The Times West Virginian

November 28, 2012

Lawmakers advised to expand cities’ powers

By Lawrence Messina
Associated Press

CHARLESTON — The West Virginia Legislature should expand government powers for cities across the state, following a five-year experiment that increased such authority for a handful of municipalities, according to a report presented to lawmakers Tuesday.

The legislative audit deems the “home rule” pilot program a success, leading the Performance Evaluation and Research Division to recommend granting broad-based authority to all cities with more than 2,000 residents, Director John Sylvia told a pair of House-Senate oversight committees.

The report said the shift should be done within the limits of the pilot program, finding it allowed the four participating municipalities to reduce bureaucracy, simplify business licensing and shore up finances.

Sylvia said lawmakers could allow the seven-member board that led the pilot program to expire as scheduled in July 2013, while allowing its regulatory structure to continue. The program allowed the participating cities to propose changes to their ordinances as allowed by federal law, the state constitution and state criminal statutes.

“The current restrictions are adequate in allowing all cities to have this authority to generate more ideas, and spur economic development, administrative efficiency and ideas that will benefit citizens,” Sylvia said.

Charleston and Huntington, the state’s most populous cities, took part in the program along with Bridgeport and Wheeling. Of the 25 proposed changes they pitched to the Home Rule Board, 14 were fully enacted and another six were implemented in part. Sylvia also noted that four prompted legal challenges. Those include Huntington’s attempt to swap its $3-a-week user fee for a 1 percent user tax. The resulting lawsuit remains pending.

But eight changes are now available to any city in West Virginia, including five that led to legislation. One such change allows cities to pursue a portion of fire insurance proceeds when a burned-out building must be demolished. That allowed Huntington to save $165,000 in demolition costs while preserving $250,000 in property values and reducing arson-related fires, Sylvia said.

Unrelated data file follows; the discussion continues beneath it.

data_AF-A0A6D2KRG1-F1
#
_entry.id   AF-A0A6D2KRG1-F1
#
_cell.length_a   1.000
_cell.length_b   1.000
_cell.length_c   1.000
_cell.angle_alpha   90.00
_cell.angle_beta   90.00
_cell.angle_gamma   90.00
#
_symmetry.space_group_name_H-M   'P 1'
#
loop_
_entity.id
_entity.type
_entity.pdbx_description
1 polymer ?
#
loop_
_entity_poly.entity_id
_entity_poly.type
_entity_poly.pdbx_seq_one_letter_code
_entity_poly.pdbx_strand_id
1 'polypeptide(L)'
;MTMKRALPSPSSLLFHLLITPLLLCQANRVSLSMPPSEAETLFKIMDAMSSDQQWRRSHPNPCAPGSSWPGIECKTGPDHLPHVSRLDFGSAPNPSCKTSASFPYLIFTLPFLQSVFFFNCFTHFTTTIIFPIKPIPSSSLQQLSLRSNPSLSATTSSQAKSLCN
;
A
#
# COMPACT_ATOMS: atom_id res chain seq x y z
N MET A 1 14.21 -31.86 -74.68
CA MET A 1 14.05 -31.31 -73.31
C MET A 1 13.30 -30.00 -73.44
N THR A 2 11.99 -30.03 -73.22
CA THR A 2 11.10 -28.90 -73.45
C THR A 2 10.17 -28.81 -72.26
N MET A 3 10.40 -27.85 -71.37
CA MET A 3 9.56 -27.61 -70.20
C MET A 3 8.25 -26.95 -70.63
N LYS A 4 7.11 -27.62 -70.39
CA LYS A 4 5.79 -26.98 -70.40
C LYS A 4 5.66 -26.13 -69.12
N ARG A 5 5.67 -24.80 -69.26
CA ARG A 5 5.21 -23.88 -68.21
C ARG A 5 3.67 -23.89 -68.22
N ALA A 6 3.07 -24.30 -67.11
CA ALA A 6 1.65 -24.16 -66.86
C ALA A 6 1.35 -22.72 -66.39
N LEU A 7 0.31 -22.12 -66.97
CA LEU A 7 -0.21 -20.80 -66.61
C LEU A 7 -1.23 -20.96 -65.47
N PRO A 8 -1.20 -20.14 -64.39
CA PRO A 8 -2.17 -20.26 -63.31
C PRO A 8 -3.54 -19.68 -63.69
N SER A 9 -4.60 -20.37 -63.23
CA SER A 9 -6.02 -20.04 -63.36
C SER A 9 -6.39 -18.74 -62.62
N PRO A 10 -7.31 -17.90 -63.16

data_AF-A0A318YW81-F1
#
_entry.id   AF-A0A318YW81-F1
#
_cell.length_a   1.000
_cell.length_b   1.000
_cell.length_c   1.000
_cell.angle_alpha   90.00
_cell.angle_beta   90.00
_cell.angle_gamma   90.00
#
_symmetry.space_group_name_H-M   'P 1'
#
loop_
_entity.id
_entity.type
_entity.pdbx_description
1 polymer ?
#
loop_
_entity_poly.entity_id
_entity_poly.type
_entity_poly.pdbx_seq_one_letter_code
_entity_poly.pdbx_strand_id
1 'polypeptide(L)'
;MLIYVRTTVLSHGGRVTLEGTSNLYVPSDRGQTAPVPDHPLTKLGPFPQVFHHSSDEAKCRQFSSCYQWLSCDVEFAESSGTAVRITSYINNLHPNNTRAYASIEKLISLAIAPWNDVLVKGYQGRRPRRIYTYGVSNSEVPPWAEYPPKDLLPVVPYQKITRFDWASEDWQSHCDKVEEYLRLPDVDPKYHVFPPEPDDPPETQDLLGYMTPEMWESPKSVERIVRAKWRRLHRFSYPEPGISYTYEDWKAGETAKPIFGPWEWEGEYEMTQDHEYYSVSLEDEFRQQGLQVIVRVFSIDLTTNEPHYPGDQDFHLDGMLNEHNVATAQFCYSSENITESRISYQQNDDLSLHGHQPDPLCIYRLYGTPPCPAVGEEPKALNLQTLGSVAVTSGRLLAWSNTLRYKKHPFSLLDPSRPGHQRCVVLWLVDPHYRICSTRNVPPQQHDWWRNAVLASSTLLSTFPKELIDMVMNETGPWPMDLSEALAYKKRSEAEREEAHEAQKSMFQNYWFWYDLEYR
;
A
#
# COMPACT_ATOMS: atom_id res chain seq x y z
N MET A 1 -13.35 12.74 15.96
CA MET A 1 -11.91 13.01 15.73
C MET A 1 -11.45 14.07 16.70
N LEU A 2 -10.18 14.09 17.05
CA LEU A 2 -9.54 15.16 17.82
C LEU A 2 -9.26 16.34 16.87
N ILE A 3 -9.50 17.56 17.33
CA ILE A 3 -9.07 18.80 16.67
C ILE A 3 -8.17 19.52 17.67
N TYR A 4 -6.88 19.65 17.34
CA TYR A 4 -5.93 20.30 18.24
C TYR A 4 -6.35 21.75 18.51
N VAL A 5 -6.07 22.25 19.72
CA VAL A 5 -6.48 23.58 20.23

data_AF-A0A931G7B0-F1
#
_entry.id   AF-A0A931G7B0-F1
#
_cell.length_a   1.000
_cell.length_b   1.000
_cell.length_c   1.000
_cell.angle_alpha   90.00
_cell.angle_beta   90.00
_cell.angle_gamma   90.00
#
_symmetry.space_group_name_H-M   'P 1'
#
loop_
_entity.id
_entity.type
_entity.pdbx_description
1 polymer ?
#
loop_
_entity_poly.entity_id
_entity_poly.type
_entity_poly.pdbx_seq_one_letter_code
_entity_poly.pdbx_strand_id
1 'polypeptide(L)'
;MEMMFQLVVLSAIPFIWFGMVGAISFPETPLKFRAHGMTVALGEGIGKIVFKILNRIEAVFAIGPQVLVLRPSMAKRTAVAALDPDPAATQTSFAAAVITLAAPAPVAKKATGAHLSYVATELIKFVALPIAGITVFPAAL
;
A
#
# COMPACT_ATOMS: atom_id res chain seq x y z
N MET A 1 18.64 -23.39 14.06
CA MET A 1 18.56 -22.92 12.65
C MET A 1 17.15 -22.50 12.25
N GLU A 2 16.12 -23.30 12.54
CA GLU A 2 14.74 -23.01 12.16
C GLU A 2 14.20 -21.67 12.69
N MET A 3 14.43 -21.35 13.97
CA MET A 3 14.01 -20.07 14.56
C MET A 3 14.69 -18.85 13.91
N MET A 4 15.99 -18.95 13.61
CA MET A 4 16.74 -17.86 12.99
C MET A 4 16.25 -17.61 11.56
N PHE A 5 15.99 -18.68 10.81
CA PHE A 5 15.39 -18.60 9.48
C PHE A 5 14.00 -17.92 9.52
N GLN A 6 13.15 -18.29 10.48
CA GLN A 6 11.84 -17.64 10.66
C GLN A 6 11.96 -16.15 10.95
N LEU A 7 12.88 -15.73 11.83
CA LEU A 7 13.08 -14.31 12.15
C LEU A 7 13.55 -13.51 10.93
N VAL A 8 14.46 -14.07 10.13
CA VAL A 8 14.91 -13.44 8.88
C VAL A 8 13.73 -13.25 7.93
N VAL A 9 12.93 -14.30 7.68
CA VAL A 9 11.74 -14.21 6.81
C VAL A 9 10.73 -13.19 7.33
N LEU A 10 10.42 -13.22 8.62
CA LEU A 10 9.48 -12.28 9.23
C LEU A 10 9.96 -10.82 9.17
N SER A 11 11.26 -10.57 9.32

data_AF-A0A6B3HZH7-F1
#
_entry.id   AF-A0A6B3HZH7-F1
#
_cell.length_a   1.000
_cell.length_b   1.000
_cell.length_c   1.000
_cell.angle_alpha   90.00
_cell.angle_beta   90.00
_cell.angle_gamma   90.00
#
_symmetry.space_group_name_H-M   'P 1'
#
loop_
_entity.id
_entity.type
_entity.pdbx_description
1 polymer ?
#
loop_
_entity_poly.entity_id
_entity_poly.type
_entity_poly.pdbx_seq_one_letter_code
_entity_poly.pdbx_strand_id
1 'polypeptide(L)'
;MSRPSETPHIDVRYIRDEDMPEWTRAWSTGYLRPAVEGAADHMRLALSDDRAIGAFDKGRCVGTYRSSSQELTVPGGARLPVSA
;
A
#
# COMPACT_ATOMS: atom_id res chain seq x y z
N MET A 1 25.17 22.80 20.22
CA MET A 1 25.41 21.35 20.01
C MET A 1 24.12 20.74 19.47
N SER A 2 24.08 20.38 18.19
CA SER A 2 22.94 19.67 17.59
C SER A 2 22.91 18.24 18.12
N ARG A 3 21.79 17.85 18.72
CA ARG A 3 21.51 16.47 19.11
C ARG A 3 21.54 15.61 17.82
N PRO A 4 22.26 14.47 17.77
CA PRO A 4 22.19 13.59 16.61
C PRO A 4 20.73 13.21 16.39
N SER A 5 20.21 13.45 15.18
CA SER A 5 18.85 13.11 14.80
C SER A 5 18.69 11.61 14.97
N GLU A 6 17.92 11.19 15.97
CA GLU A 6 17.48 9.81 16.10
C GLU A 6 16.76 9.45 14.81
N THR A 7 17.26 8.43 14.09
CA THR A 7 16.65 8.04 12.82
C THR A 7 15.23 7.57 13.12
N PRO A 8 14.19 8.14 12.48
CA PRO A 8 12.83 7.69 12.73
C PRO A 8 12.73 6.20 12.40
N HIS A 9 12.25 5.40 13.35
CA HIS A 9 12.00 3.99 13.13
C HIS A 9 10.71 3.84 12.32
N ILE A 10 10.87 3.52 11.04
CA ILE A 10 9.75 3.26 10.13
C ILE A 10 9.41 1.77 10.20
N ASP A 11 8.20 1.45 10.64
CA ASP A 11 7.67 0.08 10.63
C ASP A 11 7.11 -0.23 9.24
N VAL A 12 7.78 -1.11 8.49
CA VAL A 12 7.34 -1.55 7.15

Another new law inspired by the pilot program requires owners of vacant buildings to register these properties with cities that set up the necessary program. Meant to encourage owners to tear down or renovate dilapidated buildings, the program as proposed in Wheeling has seen 19 such structures torn down and 155 registered, the report said.

Charleston has collected more than $202,200 in past-due city fees through one of its proposals, later expanded statewide by the Legislature. The measure allows for the filing of liens against properties for unpaid and delinquent fire, police, or street fees.

The pilot program also allowed Bridgeport to whack its array of 81 business license classes down to one, with a flat $15 fee. Wheeling has streamlined its business licenses from 77 to seven, with most requiring a flat $15 fee.

The joint Committee on Government Organization plans to discuss a bill for the coming 2013 session that would act on the audit’s recommendations. But Sen. Evan Jenkins urged caution during Tuesday’s meeting. The Cabell County Democrat, whose district includes Huntington, said lawmakers should ensure that cities don’t prompt more lawsuits or otherwise go overboard if granted new powers.

“We must at this point in time, address those issues and provide clarity to statute, if possible, so we don’t create the potential of a municipality going beyond wherever that line is drawn,” Jenkins said.

Those attending the meeting included Charleston Mayor Danny Jones and Wheeling Mayor Andy McKenzie, both supporters of the home rule program. Both are former lawmakers. After the report’s presentation, McKenzie called the pilot program one of the most important changes carried out by the Legislature in the past 20 years. McKenzie said increased home rule would allow cities to reduce both taxes and government red tape while giving economic development efforts a better chance to succeed.